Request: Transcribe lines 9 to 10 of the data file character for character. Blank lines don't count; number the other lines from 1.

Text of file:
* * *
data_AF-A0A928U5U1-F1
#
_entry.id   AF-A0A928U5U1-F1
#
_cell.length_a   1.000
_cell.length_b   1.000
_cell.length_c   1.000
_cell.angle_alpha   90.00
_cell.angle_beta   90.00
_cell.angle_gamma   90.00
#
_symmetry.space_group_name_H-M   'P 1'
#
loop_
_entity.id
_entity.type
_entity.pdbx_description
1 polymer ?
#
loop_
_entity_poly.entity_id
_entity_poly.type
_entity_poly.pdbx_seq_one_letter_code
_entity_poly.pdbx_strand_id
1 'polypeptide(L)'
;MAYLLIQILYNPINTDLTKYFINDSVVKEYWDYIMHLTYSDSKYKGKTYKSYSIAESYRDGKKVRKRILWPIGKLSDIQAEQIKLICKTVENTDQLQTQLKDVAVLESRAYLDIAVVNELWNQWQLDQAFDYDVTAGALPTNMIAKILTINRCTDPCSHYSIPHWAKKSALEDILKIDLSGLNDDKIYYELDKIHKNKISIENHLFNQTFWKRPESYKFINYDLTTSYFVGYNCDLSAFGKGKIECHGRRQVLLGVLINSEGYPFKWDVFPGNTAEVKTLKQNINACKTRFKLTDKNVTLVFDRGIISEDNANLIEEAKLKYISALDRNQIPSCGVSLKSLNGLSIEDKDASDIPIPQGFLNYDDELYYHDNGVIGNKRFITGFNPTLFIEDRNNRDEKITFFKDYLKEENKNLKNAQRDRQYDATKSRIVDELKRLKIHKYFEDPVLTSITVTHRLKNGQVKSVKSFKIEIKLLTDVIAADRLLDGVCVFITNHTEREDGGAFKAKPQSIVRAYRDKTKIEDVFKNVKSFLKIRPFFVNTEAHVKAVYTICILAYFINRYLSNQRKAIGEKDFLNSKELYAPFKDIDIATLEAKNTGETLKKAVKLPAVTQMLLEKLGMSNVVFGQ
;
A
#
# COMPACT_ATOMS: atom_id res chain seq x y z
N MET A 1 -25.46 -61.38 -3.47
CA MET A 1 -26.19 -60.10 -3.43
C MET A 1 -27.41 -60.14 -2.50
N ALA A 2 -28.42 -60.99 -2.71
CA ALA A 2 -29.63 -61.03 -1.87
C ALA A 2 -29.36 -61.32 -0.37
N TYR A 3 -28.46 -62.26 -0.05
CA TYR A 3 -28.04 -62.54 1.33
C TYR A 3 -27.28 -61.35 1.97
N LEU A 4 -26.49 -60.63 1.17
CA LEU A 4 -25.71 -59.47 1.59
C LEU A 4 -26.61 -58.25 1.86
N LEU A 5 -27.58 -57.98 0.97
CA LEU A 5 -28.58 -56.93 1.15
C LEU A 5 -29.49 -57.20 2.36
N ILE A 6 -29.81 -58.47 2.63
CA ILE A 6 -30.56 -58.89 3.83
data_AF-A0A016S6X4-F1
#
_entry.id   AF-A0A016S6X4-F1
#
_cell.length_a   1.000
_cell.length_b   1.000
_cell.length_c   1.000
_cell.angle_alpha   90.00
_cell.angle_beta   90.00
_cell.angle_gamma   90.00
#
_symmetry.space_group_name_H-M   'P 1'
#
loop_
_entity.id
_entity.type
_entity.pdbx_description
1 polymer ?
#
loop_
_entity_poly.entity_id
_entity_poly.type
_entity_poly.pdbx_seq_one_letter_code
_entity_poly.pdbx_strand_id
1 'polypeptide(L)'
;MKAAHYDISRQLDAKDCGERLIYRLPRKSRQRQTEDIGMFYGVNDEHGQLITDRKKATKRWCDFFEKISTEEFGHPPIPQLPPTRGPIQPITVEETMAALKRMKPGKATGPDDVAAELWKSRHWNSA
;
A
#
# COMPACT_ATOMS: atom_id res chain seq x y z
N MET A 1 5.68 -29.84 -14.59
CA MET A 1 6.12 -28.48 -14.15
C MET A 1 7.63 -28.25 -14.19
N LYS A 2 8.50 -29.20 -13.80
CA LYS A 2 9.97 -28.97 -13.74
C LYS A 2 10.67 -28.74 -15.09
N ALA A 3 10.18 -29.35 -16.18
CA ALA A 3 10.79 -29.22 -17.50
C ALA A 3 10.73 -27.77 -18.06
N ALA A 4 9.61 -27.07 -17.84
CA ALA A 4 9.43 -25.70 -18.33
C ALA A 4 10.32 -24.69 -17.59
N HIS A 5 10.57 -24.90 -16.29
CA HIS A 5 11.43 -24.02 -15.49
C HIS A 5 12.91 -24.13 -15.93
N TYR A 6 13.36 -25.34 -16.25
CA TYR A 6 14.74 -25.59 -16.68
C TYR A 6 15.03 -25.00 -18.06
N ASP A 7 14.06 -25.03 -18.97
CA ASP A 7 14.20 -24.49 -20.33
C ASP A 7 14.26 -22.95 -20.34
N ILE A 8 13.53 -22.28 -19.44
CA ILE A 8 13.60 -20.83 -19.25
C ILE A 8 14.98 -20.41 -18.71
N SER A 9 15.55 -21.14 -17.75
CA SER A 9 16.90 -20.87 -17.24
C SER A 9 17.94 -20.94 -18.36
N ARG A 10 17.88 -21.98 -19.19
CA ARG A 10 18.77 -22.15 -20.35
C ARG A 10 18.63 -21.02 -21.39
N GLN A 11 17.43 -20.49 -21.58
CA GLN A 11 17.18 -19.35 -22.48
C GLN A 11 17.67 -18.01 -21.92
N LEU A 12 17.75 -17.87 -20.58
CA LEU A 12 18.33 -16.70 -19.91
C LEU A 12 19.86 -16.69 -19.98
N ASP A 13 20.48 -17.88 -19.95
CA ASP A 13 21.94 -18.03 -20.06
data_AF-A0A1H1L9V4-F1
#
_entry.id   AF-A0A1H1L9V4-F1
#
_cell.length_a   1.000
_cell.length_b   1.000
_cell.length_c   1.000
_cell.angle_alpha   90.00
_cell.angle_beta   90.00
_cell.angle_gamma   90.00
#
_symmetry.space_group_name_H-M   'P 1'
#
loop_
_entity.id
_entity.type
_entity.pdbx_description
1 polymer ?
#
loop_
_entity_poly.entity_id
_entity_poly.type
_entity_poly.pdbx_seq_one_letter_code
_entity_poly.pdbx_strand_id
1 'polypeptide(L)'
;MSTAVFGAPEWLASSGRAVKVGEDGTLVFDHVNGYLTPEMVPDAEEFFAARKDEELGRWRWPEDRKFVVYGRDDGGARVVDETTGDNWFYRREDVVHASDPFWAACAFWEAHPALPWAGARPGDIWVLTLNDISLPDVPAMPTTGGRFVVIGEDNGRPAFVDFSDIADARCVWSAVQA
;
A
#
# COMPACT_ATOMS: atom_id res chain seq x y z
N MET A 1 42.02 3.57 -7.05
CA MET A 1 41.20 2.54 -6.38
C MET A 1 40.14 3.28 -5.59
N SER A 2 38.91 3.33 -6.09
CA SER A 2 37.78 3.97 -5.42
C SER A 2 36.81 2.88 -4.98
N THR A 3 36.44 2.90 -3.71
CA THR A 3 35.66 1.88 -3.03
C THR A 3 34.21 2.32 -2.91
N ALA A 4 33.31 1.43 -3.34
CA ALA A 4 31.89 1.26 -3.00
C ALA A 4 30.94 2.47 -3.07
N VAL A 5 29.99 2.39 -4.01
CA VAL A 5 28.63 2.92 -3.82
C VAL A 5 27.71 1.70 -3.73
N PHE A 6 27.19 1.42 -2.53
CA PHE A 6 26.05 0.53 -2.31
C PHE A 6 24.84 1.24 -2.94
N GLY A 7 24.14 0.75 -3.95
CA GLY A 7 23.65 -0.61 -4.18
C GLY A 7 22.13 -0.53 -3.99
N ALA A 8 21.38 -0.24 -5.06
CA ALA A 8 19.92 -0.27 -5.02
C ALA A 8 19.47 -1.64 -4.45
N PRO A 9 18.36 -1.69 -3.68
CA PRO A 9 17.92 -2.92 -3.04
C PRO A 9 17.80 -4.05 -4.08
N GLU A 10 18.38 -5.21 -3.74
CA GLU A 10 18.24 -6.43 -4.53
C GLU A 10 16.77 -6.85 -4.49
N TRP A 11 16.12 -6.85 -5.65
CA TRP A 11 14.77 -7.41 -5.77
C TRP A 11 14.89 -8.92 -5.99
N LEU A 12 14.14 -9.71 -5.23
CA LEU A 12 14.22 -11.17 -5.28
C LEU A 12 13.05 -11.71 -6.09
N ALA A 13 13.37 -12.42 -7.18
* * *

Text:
_cell.angle_beta   90.00
_cell.angle_gamma   90.00